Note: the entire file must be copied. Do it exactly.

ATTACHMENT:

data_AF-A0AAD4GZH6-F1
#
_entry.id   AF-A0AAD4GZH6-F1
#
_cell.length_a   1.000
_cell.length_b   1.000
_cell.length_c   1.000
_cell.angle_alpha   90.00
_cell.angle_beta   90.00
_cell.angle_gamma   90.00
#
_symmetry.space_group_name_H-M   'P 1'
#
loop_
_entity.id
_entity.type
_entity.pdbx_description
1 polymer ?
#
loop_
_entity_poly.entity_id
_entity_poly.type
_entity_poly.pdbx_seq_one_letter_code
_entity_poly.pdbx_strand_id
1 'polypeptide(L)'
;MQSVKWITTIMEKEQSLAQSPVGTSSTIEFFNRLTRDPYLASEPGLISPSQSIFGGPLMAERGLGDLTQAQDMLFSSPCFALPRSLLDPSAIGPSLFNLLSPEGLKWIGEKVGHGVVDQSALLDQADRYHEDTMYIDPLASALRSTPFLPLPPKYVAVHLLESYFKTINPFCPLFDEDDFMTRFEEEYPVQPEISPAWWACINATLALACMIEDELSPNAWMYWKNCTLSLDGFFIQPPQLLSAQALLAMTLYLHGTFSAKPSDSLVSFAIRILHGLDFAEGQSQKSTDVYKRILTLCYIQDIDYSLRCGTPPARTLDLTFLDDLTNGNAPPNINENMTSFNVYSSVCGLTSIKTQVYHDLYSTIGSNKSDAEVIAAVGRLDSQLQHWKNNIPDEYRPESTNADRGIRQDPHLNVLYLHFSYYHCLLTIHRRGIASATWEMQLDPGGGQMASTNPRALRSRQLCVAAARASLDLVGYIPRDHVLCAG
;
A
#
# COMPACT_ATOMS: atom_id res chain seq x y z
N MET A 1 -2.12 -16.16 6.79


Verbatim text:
data_AF-A0AAD4GZH6-F1
#
_entry.id   AF-A0AAD4GZH6-F1
#
_cell.length_a   1.000
_cell.length_b   1.000
_cell.length_c   1.000
_cell.angle_alpha   90.00
_cell.angle_beta   90.00
_cell.angle_gamma   90.00
#
_symmetry.space_group_name_H-M   'P 1'
#
loop_
_entity.id
_entity.type
_entity.pdbx_description
1 polymer ?
#
loop_
_entity_poly.entity_id
_entity_poly.type
_entity_poly.pdbx_seq_one_letter_code
_entity_poly.pdbx_strand_id
1 'polypeptide(L)'
;MQSVKWITTIMEKEQSLAQSPVGTSSTIEFFNRLTRDPYLASEPGLISPSQSIFGGPLMAERGLGDLTQAQDMLFSSPCFALPRSLLDPSAIGPSLFNLLSPEGLKWIGEKVGHGVVDQSALLDQADRYHEDTMYIDPLASALRSTPFLPLPPKYVAVHLLESYFKTINPFCPLFDEDDFMTRFEEEYPVQPEISPAWWACINATLALACMIEDELSPNAWMYWKNCTLSLDGFFIQPPQLLSAQALLAMTLYLHGTFSAKPSDSLVSFAIRILHGLDFAEGQSQKSTDVYKRILTLCYIQDIDYSLRCGTPPARTLDLTFLDDLTNGNAPPNINENMTSFNVYSSVCGLTSIKTQVYHDLYSTIGSNKSDAEVIAAVGRLDSQLQHWKNNIPDEYRPESTNADRGIRQDPHLNVLYLHFSYYHCLLTIHRRGIASATWEMQLDPGGGQMASTNPRALRSRQLCVAAARASLDLVGYIPRDHVLCAG
;
A
#
# COMPACT_ATOMS: atom_id res chain seq x y z
N MET A 1 -2.12 -16.16 6.79